CARIBOU — Parishes often include the Stations of the Cross in their Lenten observances because it is a season in which we are called to deeper prayer and reflection on Christ’s Passion and death. This year, due to the pandemic, the presentations are being offered in a variety of ways, from small, spread out gatherings to livestreams.
In Caribou, the creativity has come from Catholic children.
“Usually we have our kindergarten through fifth-grade kids do a living Stations of the Cross and they do such an amazing job at making you feel that you were there at Christ’s Passion. Parishioners were disappointed that this would not happen this year,” said Stella Carlstrom, parish catechetical leader at the Parish of the Precious Blood, which includes the churches of Caribou, Presque Isle, Portage, Washburn, Fort Fairfield, Mars Hill, Limestone, Ashland and Stockholm.
Technology, as well as the will to make it happen despite obstacles, coupled to create a wonderful presentation.
“While I was at a Zoom meeting, the idea came: individual families could record it on their cell phone and then have it pieced together,” said Stella. “I’m in no way an IT person, but one of the dads in our program is. I ran it by him and he said no problem. He even wrote and played the music for it!”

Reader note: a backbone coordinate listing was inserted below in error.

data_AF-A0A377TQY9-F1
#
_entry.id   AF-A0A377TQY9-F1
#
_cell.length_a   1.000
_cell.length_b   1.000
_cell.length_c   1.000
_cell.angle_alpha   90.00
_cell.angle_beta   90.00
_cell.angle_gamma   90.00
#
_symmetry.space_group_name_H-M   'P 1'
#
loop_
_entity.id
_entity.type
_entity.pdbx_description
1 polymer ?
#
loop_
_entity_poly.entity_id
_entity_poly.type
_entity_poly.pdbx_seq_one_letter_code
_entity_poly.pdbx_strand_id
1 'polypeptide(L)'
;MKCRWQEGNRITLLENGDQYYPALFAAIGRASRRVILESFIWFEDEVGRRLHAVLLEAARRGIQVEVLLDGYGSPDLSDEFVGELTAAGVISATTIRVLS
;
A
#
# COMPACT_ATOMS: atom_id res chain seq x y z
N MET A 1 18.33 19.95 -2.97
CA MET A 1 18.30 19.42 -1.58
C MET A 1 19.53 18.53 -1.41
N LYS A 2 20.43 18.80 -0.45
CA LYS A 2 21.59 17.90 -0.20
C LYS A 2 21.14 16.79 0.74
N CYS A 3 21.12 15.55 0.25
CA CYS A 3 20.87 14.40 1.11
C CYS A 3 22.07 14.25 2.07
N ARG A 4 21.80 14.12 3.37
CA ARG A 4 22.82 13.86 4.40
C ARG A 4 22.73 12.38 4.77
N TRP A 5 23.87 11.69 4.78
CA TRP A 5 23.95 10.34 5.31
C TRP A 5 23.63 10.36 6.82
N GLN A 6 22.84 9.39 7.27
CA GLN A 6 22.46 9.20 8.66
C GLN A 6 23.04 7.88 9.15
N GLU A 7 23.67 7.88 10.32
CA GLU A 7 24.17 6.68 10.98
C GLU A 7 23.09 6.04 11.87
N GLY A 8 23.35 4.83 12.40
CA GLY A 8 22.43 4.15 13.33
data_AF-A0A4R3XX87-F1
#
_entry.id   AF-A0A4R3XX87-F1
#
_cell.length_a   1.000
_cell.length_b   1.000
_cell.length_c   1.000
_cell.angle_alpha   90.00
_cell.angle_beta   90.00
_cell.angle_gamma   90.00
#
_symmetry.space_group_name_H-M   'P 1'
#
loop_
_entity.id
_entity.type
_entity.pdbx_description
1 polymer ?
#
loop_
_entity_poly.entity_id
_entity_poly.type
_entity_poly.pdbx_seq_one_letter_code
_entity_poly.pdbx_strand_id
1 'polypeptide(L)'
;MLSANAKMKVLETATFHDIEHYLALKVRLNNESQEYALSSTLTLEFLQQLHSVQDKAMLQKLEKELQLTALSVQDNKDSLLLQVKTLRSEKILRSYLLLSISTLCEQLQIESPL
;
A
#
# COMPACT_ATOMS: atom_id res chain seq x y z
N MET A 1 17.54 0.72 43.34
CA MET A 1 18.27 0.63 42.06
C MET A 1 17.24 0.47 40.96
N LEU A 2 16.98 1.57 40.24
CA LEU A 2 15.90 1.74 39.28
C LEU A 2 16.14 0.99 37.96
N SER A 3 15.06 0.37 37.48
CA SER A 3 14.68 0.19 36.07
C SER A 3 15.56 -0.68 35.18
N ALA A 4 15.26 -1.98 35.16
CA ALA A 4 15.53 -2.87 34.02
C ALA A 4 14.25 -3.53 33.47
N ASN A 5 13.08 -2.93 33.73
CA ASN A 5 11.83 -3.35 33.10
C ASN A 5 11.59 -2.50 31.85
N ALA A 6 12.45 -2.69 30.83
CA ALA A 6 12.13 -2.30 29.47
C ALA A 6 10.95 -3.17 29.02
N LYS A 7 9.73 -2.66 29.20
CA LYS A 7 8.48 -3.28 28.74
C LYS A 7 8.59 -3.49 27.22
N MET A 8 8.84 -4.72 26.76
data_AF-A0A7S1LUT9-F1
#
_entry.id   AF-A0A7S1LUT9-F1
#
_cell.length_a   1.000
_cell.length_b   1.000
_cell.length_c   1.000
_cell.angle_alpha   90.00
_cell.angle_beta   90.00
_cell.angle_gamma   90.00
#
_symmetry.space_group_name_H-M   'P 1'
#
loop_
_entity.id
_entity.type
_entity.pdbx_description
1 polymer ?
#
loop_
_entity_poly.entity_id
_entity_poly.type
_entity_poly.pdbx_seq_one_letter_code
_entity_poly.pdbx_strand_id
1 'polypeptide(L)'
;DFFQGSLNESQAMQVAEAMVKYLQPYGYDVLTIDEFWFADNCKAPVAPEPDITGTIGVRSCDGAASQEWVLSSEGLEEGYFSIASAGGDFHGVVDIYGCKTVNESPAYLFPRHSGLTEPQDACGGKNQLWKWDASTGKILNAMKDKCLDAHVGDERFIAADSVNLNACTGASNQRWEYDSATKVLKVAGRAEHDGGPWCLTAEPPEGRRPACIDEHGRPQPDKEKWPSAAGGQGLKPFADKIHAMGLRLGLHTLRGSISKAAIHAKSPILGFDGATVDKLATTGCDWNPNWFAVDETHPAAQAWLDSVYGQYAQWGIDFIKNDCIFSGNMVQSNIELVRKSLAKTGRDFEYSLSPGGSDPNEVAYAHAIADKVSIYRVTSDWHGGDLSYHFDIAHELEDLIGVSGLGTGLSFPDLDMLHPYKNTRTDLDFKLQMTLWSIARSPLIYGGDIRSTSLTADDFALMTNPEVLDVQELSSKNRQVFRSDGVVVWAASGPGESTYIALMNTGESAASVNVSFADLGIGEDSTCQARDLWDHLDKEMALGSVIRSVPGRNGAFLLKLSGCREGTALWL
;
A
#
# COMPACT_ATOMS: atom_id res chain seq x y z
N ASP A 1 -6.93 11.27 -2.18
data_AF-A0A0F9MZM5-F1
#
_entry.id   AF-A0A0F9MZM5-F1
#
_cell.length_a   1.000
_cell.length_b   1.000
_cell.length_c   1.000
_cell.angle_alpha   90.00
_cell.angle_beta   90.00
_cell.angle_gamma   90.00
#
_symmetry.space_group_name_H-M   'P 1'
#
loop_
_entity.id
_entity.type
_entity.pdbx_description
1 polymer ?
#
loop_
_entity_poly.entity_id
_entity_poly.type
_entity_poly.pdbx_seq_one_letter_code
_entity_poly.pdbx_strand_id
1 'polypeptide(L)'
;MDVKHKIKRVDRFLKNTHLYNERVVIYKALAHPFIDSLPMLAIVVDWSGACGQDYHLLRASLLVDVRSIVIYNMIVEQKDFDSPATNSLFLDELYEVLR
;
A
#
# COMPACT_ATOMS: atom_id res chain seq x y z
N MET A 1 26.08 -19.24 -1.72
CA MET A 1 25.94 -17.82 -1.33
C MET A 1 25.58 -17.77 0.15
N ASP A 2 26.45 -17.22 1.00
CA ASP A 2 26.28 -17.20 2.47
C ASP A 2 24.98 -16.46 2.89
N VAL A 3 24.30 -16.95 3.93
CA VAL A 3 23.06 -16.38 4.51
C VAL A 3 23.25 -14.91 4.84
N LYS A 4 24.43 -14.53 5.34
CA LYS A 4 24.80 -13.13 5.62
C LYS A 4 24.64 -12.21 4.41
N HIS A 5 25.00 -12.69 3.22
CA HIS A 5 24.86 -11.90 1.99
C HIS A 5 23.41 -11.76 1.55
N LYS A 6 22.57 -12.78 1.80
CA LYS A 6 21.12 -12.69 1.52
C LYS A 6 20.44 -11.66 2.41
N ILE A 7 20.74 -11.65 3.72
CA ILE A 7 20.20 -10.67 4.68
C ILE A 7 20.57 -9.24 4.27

Anyone can enjoy the presentation at any time by visiting www.youtube.com/watch?fbclid=IwAR26yMx1sQj44gKIJ45Mkx3tNFSGCfGUYZd4GoPfdoMnE7BPmZycddjO1Bo&v=ULhK1d8rYm8&feature=youtu.be.
As fun as the project was for the kids, its creation holds deeper meaning for parishioners who have been unable to attend in-person Masses during the pandemic.
“My goal was to have our ‘at home’ parishioners participate in the Stations anytime throughout Lent and, at the same time, see the kids that they are missing,” said Stella. “I am very pleased with the outcome and so grateful for the people that made it happen.”
The Stations of the Cross began in the days of the early Church when pilgrims would journey to Jerusalem to retrace the final steps taken by Jesus Christ. Later, for the many who could not make the trip to the Holy Land, the practice developed of praying the Stations of the Cross at one’s home church. The Stations of the Cross traditionally follow the same 14 steps, beginning with Christ in the Garden of Gethsemane and concluding when he is laid in the tomb. For a list of the many Stations of the Cross presentations planned around Maine this Lent, visit www.portlanddiocese.org/stations-cross.